Further, there is no basis for the Court to exercise diversity jurisdiction under 28 U.S.C. § 1332, nor any readily apparent basis for federal-question jurisdiction under 28 U.S.C. § 1331. Arbaugh v. Y&H Corp., 546 U.S. 500, 513 (2006). While federal-question jurisdiction may be found under such provisions as the Higher Education Act (“HEA”), the Administrative Procedures Act (“APA”), or even the Federal Tort Claims Act (“FTCA”), the Complaint is infirm in invoking these provisions and the Court has no duty to come up with an independent jurisdiction basis for even a pro se Plaintiff. Accordingly, the Complaint should be dismissed. Id. at 514, see Steel Co. v. Citizens for a Better Env’t, 523 U.S. 83, 89 (1998) (wholly insubstantial complaints do not invoke federal subject matter jurisdiction).

         III. Failure to State a Claim Rule 12(b)(6)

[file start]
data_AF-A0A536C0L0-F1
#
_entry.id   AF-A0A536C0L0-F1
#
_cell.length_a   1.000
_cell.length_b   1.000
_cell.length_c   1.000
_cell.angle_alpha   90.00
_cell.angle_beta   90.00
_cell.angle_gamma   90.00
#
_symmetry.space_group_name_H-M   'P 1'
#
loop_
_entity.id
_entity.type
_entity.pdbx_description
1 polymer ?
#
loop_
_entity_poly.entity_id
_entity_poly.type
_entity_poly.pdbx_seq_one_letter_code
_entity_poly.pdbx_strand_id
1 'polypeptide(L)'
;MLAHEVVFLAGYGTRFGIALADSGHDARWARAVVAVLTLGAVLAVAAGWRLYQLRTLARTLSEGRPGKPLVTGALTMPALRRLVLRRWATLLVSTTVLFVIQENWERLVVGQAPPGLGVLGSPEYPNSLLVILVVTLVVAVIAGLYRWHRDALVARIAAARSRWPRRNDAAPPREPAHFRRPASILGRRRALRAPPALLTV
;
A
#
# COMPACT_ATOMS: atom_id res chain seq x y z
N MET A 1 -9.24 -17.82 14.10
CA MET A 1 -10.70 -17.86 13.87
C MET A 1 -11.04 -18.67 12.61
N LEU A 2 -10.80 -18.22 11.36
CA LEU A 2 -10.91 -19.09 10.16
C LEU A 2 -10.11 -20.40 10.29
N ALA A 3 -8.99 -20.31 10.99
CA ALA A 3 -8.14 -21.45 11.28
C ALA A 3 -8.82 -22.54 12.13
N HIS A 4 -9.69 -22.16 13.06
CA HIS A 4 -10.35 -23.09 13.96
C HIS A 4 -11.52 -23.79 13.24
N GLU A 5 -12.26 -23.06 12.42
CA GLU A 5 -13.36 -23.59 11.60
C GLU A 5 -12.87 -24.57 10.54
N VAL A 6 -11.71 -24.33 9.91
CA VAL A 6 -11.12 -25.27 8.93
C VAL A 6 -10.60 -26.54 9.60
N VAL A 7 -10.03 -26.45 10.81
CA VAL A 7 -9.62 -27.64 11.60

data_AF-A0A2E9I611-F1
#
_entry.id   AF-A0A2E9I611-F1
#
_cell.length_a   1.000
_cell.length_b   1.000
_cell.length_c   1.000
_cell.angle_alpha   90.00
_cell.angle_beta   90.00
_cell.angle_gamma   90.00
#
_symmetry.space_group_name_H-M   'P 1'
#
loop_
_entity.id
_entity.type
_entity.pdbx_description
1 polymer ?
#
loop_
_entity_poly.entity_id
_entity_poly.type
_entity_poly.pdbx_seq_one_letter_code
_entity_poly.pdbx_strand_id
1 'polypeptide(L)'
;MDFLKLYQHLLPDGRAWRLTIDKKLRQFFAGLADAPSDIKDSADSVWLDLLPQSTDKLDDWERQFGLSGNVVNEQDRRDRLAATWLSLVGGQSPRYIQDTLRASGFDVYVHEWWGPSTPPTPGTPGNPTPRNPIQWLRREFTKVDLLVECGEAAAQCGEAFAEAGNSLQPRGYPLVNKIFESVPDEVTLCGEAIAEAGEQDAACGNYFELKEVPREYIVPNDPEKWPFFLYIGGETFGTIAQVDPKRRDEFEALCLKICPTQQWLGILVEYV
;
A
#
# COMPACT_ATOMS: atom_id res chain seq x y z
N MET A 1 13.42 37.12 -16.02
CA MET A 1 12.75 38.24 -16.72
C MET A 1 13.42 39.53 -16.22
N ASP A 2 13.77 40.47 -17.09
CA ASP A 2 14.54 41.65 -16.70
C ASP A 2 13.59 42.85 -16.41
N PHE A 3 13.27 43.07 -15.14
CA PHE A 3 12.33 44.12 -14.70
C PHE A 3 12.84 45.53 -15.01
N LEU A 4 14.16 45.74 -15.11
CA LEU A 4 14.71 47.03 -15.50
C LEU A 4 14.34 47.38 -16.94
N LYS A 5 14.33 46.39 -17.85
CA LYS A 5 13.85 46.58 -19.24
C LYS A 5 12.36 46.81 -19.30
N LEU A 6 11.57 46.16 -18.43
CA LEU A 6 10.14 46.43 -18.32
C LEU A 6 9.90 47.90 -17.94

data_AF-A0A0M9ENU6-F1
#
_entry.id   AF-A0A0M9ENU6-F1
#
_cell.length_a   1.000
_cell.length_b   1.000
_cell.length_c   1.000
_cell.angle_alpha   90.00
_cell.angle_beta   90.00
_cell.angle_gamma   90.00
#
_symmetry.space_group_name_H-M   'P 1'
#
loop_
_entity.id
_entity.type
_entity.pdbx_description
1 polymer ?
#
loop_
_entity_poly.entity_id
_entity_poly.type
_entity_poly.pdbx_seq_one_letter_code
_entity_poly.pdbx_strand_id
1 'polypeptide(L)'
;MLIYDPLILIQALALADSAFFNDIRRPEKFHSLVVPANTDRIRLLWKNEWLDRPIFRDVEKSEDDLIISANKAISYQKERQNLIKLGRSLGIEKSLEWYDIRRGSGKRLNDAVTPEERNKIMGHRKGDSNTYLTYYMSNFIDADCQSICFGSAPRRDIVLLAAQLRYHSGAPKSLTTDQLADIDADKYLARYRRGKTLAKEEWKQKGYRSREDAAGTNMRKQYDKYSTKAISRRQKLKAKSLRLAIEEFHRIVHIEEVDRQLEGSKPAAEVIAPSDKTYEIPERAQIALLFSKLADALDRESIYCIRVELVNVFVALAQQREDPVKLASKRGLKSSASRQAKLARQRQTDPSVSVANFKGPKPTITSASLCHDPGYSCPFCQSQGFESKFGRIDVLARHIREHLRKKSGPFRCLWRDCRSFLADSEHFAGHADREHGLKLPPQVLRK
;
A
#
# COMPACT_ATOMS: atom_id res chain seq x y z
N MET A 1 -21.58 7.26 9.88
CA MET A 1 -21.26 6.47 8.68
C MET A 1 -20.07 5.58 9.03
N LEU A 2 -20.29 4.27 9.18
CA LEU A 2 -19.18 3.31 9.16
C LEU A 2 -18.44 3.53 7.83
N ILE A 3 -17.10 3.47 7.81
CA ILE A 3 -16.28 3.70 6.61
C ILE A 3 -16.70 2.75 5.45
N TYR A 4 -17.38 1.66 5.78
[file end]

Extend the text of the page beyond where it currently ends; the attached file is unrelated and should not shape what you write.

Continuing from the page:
Even if this Court had jurisdiction over Plaintiff’s action, Plaintiff’s Complaint (ECF No. 1) still must be dismissed for failure to state a claim upon which relief can be granted. While the Complaint (ECF No. 1) and Brief in Support of Complaint (ECF No. 28) are nearly inscrutable, it appears that Plaintiff asserts claims of fraud and “deprivation of rights” under 42 U.S.C. § 1983. For the reasons stated above, Plaintiff’s § 1983 claim is deficient for failure to identify a state actor. After carefully reviewing Plaintiff’s fraud allegations, the Court determines that the pleadings, even construed liberally. are inadequate to state a claim for fraud.

         A. Legal Standard